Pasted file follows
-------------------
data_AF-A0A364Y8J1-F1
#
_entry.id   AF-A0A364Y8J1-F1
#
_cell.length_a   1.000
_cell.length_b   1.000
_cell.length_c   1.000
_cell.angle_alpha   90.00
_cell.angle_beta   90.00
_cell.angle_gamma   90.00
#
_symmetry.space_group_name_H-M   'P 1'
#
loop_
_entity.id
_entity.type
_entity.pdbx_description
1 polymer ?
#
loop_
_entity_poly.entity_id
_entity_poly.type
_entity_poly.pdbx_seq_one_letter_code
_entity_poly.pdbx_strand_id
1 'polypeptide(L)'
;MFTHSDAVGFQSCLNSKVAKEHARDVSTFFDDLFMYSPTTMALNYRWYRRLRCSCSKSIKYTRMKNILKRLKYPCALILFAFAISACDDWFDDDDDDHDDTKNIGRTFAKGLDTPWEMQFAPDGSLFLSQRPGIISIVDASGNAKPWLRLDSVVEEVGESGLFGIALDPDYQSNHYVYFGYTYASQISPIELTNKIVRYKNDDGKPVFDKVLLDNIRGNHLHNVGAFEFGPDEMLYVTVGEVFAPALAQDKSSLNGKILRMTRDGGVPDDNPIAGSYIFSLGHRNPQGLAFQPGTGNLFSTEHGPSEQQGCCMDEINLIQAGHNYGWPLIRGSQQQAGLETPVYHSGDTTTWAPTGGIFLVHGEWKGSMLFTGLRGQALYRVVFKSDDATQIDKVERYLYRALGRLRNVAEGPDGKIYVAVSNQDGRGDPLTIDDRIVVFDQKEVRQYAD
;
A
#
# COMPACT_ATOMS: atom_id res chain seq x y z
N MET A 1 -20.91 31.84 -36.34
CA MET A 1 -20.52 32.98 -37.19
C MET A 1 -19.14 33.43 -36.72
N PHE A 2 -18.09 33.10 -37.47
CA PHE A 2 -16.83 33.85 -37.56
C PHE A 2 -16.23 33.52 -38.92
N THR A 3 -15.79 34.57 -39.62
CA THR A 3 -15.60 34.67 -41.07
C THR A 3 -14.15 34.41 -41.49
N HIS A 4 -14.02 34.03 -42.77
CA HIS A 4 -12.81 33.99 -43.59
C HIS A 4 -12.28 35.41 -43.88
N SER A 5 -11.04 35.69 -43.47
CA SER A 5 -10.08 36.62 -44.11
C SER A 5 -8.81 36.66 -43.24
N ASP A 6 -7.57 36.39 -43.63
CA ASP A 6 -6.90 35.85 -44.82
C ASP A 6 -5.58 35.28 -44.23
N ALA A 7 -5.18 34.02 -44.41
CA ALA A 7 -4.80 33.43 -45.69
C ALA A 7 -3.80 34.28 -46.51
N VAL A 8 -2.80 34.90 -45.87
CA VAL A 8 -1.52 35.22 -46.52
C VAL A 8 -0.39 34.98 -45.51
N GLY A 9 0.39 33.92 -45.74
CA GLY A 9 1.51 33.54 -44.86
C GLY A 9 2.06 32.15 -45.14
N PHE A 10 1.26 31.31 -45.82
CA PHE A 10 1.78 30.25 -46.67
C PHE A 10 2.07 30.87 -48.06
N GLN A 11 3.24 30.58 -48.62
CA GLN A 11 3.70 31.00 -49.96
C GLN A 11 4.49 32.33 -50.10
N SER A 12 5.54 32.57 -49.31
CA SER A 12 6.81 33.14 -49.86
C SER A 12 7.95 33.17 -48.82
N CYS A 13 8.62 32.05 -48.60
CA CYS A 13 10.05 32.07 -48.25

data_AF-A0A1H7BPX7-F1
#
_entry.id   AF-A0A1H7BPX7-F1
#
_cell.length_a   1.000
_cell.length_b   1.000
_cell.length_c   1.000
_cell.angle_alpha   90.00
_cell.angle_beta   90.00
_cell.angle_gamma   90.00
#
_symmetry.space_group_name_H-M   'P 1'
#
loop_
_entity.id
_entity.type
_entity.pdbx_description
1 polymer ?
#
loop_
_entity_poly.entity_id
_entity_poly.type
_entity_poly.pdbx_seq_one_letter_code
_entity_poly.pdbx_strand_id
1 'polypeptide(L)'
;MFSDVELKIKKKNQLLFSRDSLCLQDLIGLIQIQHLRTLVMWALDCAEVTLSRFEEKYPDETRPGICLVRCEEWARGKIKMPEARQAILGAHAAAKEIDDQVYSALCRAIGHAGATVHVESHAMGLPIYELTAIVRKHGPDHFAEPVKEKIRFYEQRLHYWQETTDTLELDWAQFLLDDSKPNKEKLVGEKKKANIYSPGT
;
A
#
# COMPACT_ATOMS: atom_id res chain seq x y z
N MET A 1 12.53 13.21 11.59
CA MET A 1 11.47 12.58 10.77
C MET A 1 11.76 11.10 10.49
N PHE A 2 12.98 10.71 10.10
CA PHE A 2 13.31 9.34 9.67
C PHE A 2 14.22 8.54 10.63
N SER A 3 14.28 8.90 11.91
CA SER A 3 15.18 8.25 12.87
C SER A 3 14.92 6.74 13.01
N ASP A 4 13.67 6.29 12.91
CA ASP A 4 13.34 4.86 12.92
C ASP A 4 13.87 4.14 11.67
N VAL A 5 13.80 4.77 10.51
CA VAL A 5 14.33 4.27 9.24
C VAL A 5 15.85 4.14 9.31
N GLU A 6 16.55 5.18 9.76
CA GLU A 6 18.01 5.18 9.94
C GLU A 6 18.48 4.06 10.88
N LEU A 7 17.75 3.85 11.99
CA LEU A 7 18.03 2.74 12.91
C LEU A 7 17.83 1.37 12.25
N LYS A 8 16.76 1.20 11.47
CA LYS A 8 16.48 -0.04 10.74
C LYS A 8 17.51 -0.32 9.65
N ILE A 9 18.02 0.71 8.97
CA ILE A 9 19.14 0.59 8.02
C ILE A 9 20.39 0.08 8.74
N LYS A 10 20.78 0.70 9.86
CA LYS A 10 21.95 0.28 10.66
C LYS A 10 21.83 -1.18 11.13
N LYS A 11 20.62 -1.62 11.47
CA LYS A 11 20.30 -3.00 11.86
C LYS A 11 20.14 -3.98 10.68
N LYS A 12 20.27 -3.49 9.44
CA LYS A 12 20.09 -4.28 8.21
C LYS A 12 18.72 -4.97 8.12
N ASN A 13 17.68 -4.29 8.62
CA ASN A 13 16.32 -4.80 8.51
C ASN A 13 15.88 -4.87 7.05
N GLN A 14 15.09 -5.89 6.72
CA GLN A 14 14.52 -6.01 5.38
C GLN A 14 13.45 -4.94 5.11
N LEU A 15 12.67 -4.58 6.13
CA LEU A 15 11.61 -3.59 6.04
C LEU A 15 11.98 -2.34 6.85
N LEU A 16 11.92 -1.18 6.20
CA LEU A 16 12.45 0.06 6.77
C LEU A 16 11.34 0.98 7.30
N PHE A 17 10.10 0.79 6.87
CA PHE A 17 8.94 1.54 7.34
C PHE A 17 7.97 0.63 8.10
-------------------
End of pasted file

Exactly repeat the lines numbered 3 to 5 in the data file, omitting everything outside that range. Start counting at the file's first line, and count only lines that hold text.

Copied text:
_entry.id   AF-A0A364Y8J1-F1
#
_cell.length_a   1.000